Skip to main content

Legal Help | Ayuda


Tanzania - Human Rights Committee (LOIPR) - Death Penalty - January 2021

Date: January 4, 2021
Country: Tanzania (United Republic of)
Type: Intl Mechanism Submission
Issues: Death Penalty, Detention, Due Process and Fair Trial, International Advocacy, Legal Representation, Torture
Mechanism: UN Human Rights Committee
Report Type: List of Issues Prior to Reporting
View and Download Document:

The Advocates for Human Rights, along with The World Coalition Against the Death Penalty and the Legal and Human Rights Centre, submitted a report suggesting List of Issues Prior to Reporting on the death penalty in the United Republic of Tanzania (Tanzania) for the 131st Session of the Human Rights Committee.

There are four main areas of concern relating to the death penalty in Tanzania. Firstly, Tanzanian courts continue to sentence people to death, and the Tanzanian Penal Code retains a mandatory death penalty (the only exception is for convicted pregnant women), despite a de facto moratorium on executions in place since 1994. The Tanzanian Attorney General has also indicated that Tanzania would disregard the 2019 judgment by African Court on Human and Peoples’ Rights on the same matter due to precedence of the Constitution over international judgments. A second issue is that when the defendant is at risk of being sentenced to death, Tanzania does not uphold its fair trial obligations under the Covenant. Defendants sometimes receive inadequate legal aid, are paraded before the media by the police, are given insufficient time to prepare an adequate defense, and are tortured, abused, and threatened to obtain evidence against them under duress. People under the death sentence also face psychological torture, overcrowding, inadequate food and water, poor sanitation and insufficient healthcare. These conditions violate articles 7 and 10 of the International Covenant on Civil and Political Rights (Covenant). Lastly, the procedures for requesting or obtaining a commutation of a death sentence or a pardon for a capital conviction are not transparent. The president has discretional power to exercise his prerogative of mercy but there is no procedure stipulated.

The authors of report suggest the following questions for the government of Tanzania:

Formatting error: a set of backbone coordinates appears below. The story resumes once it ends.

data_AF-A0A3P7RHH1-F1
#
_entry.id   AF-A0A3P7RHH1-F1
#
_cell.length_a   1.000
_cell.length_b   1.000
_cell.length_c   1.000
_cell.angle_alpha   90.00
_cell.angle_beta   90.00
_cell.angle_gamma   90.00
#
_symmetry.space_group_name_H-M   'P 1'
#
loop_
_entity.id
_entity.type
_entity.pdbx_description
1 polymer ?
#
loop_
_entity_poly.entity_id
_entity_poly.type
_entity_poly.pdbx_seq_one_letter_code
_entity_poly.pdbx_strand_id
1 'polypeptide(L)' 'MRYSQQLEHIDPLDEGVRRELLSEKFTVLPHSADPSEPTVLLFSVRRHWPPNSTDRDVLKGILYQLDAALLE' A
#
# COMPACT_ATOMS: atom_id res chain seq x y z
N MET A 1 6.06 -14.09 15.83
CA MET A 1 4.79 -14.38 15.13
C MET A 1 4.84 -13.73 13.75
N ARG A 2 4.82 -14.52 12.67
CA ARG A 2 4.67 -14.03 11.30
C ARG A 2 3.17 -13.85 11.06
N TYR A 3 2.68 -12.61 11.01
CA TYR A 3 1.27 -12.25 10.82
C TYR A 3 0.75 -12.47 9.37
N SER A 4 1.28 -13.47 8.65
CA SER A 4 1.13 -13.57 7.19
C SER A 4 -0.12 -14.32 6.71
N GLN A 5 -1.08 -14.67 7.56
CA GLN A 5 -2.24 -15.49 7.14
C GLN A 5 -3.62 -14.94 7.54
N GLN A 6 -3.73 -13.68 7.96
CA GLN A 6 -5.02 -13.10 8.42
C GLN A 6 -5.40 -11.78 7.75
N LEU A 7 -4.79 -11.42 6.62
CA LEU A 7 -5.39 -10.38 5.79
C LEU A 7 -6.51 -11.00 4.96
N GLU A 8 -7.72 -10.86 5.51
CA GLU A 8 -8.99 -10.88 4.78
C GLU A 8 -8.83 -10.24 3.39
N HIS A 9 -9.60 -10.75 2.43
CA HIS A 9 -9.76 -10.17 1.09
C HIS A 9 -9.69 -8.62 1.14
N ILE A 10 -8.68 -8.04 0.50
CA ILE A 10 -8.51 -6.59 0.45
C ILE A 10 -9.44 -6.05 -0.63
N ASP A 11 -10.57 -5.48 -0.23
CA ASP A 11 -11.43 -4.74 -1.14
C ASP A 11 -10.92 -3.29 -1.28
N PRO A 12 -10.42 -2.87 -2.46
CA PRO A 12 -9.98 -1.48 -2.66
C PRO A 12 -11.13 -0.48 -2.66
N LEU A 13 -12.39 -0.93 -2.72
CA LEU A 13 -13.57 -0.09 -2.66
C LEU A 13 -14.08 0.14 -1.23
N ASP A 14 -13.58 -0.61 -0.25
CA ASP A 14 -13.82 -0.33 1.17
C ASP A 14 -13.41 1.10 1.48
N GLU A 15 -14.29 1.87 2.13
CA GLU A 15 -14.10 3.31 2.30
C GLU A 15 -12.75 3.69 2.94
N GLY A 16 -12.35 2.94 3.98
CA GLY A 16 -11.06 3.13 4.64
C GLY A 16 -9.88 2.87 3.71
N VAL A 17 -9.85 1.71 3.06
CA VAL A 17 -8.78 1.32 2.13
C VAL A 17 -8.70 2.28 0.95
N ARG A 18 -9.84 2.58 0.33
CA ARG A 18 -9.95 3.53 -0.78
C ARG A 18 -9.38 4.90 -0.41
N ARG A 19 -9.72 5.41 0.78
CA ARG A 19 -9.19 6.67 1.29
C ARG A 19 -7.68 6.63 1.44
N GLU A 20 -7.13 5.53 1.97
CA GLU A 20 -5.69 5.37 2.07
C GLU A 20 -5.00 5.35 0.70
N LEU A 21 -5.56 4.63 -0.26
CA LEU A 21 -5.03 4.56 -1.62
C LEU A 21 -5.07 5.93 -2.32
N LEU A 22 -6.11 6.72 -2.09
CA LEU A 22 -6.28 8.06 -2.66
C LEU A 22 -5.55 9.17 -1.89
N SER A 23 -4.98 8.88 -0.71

• What measures has the Tanzanian government taken to give effect to the judgment of the African Court on Human and Peoples’ Rights in the case of Ally Rajabu and Others v. United Republic of Tanzania?
  • What impediments is Tanzania facing in instituting a formal, de jure moratorium on the death penalty, and becoming a party to the Second Optional Protocol to the Covenant?
  • What remedies are provided to individuals found to have been wrongfully convicted and sentenced to death?
  • What financial support does the State provide to indigent defendants in capital cases to ensure that they are able to conduct a thorough investigation and mount an adequate defense at trial?
  • What training does the State provide to attorneys who take on death penalty cases through the legal aid scheme or on a pro bono basis?
  • What laws and procedures are in place to prevent courts from considering evidence obtained under duress?
  • What steps has Tanzania taken to ensure that detention conditions comply with the Nelson Mandela Rules, particularly Rules 15-18 regarding sanitation and personal hygiene, Rule 22 regarding food and drinking water, Rules 24-35 regarding health care services and health inspections, Rule 43 regarding torture and other cruel, inhuman or degrading treatment or punishment, and Rules 83-85 regarding inspections?
  • What procedures are in place to respond to and investigate complaints of torture or ill-treatment in detention facilities?
  • What procedure did the President use to select the 256 persons who benefitted from commutation of their death sentences in December 2020?